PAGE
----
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Shake'n it Up

One Body and Eight Fuzzy Legs of Goodness. Web Not Included.

CAMBODIA | Thursday, 9 April 2009 | Views [522]

For $0.25, you can purchase your worst nightmare. Fortunately, I was offered it for free.

I had only been in Siem Reap for thirty minutes and I befriended some expats at the bar below our guest house. Along with my beer, I was immediately offered a delicate piece of deeply fried meat, or should I say, arachnid. This wasn't your everyday spider that creeps along your walls and casts a half an inch shadow. When crushed, this creature would cover an entire square foot of surface area. It was gnarly!

Nobody else in the bar would lay a hand on the spider, so I decided to give it a shot. Living by my philosophy of "trying everything once, and if doesn't kill me, doing it again." I wasn't brave enough to chomp down on the body, so I snapped off it's front leg and slowly inserted it into my mouth. Not bad, not bad...a little to crunchy for my liking, but it made it's way into my tummy without any complications. I couldn't believe it. I had just consumed a spiders leg. Next time, I'm going for the whole thing.

Siem Reap was full of life, beauty and history. The main attraction are the ruins of Angkor Wat, an incredible palace built of sandstone in the 12th century. There are hundreds of temples scattered around the site but the most known is the central structure that boasts three symmetrical towers resembling lotus buds or dried corn husks. The most spectacular view of the ruins took place at sunrise. The 4am wake up calls Hannah, Molly and I received from our cell phones was well worth the it. We arrived at Angkor Wat with the thousands of other tourists wanting to capture the beauty of the sunrise. There were signs posted EVERYWHERE that clearly displayed "no talking." How does is a symbol of a big red cross over a head with its mouth open, talking, not translate into a universal symbol of "please be quiet?" Once I plugged my ears with Sufjan Stevens and looked up, I was at peace. I couldn't deal with the chaotic chants, songs and chitter chatter from the tour groups. The moon and the stars danced above me until they slowly started to fade into the sunrise.

Yes, Angkor Wat at sunrise was stunning and I would highly recommend this $40 ticket to anybody, but it wasn't the highlight of Siem Reap. It didn't touch on any emotion. It was an empty feeling of beauty.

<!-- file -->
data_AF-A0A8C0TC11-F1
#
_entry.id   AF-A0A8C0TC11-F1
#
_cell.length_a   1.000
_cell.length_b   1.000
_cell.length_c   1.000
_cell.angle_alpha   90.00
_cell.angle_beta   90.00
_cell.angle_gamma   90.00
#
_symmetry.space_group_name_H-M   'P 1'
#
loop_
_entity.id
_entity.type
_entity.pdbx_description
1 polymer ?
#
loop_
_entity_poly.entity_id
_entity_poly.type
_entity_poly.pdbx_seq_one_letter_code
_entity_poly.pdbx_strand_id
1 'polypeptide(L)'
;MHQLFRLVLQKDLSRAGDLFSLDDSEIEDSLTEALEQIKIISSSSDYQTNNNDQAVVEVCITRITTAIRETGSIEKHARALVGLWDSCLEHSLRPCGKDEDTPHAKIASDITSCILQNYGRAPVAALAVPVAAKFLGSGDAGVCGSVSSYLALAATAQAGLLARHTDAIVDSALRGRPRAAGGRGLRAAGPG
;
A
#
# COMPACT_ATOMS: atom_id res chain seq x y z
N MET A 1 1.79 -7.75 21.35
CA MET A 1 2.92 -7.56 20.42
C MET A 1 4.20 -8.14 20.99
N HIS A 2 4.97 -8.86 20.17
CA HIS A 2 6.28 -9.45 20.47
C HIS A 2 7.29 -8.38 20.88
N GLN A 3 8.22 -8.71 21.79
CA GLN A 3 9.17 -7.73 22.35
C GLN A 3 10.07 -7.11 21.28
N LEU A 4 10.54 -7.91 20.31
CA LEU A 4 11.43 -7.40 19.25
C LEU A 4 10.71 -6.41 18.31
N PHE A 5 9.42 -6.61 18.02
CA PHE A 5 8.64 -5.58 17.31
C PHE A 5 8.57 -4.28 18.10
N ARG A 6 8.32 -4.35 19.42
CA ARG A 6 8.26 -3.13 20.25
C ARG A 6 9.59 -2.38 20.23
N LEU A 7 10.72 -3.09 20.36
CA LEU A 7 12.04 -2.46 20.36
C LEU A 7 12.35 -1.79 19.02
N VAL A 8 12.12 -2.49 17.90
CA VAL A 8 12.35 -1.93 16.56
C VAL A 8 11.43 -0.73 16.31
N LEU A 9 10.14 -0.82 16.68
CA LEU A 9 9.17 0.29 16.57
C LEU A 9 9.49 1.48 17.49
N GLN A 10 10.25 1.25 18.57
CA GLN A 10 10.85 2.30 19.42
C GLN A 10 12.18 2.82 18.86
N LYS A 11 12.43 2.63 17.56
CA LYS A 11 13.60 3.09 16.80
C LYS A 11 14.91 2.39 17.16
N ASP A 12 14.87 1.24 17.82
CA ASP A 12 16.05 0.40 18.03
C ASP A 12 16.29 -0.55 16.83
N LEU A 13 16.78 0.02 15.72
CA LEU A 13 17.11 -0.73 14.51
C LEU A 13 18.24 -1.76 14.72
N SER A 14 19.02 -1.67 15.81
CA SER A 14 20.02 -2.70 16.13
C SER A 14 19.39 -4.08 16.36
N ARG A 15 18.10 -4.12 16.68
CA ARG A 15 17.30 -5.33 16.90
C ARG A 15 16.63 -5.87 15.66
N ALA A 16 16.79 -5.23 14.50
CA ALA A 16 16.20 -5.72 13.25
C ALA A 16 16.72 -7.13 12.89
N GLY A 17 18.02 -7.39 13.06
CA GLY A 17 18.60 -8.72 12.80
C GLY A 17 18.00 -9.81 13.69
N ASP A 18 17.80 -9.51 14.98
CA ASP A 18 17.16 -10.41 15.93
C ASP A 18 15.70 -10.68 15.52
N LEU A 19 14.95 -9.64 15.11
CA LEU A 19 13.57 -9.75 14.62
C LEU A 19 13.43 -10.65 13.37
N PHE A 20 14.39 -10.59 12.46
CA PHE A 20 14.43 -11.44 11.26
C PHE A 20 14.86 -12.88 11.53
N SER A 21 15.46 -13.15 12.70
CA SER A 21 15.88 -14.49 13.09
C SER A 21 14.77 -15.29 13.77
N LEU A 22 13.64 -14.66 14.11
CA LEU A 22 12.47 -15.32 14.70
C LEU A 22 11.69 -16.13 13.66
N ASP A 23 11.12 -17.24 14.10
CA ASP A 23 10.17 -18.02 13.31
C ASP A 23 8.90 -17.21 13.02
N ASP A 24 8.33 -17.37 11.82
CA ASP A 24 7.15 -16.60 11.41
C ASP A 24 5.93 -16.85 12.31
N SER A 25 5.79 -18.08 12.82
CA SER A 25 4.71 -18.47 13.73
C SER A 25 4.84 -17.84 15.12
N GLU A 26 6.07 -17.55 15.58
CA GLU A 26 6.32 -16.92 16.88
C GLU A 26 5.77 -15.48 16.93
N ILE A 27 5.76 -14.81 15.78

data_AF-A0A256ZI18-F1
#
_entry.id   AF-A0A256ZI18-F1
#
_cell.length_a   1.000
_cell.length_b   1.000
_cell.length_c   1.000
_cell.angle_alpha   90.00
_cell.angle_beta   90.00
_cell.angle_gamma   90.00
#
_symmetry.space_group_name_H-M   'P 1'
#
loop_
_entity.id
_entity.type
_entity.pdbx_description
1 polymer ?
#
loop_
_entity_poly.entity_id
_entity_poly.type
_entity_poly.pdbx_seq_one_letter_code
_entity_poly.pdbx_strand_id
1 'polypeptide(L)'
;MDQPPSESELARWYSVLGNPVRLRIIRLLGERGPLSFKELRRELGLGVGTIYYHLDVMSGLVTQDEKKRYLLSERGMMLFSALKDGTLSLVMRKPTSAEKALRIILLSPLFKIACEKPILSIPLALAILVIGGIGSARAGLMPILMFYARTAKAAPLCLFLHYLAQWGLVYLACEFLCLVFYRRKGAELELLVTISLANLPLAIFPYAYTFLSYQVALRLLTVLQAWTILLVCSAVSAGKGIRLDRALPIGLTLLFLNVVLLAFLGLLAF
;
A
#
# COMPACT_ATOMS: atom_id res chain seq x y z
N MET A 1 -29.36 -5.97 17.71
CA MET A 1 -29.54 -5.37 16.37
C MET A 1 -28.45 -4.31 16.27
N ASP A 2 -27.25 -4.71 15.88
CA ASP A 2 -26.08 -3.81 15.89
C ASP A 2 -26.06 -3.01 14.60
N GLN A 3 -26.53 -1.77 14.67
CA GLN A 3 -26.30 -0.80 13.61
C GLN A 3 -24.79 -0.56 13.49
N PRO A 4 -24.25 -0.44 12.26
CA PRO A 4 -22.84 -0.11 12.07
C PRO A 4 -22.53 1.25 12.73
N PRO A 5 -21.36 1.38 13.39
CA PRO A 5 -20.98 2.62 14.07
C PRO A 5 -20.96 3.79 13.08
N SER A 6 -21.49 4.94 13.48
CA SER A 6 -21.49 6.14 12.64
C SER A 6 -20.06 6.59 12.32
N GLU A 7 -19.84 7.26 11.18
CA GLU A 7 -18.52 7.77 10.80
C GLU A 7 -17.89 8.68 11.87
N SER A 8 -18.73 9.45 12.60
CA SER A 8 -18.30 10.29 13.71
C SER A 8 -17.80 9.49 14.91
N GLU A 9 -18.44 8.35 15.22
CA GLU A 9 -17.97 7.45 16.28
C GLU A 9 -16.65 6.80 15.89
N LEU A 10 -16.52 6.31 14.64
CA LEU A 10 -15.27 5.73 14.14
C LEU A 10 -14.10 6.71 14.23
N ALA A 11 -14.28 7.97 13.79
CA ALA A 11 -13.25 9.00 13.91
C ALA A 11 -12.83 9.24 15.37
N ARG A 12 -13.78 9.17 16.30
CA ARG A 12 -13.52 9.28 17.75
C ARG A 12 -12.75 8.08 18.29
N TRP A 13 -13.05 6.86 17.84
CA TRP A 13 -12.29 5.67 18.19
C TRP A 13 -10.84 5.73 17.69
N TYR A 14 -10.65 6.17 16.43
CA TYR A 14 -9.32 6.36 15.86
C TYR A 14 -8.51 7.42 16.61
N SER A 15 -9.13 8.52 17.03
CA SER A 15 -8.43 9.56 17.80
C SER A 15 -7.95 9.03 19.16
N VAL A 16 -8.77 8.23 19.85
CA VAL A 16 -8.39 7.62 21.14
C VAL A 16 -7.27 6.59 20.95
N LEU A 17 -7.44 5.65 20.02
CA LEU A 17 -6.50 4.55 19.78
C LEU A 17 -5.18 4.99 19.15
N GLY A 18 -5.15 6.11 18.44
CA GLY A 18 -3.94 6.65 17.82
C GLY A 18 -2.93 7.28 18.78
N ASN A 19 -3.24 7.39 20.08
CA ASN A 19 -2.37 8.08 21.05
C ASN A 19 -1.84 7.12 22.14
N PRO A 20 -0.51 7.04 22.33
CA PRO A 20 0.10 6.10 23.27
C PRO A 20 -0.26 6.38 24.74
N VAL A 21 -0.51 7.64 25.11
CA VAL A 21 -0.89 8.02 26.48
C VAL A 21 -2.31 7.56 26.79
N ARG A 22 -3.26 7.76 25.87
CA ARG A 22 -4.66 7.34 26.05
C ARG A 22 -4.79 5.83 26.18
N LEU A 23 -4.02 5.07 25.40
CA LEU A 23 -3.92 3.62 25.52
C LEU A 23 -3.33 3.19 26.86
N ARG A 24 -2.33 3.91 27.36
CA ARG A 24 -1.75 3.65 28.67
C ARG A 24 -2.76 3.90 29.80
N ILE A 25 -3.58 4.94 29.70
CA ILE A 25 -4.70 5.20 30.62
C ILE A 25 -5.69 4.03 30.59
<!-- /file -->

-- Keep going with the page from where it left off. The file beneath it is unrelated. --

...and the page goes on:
I was mostly intrigued with the locals and the children. They were running around everywhere. Many of them would approach me with baskets of knick knacks, bottles of water or just empty hands begging for money. Yes, the saw me as a dollar sign, but I wanted them to see more than that.

"Lady, lady, you thirsty. Cold water for you, one dollar."

"You want bracelets. Special price for you."

These children were persistent and refused to back off until they successfully made a sale...unless you catch them off guard. I found it quite entertaining to beat them at their own game. Instead of saying no, no, I don't need a watch, I would ask them their names, how old they were. If they were responsive, I would joke around with them. Their English is superb, even their accents are accurate. These children learn English from the tourists. Since many of them are forced to sell trinkets everyday, they have lots of exposure to the language.

I even taught a seven year old boy the game of basketball. He was wearing a Michael Jordan jersey and I kept asking him if he liked basketball. I could tell he was a bit confused with the word so I started acting out the sport. I even grabbed my Blazer Jersey to show him that we had similar tastes in fashion. I passed an invisible ball to myself, dribbled back and forth, positioned the ball over my head, snapped my wrist and....released. Score! 2 points! My act of sherades turned into a game of pictionary, and finally, a game of one on one. I crumbled up a piece of paper from my journal, had the boy hold up his arms for a hoop, and passed the wad of paper back and forth. He had potential to be the next Michael Jordan, or should I say...the next Brandon Roy?!

Just spread'n the love of the game...on the other side of the world. Go Blazers!


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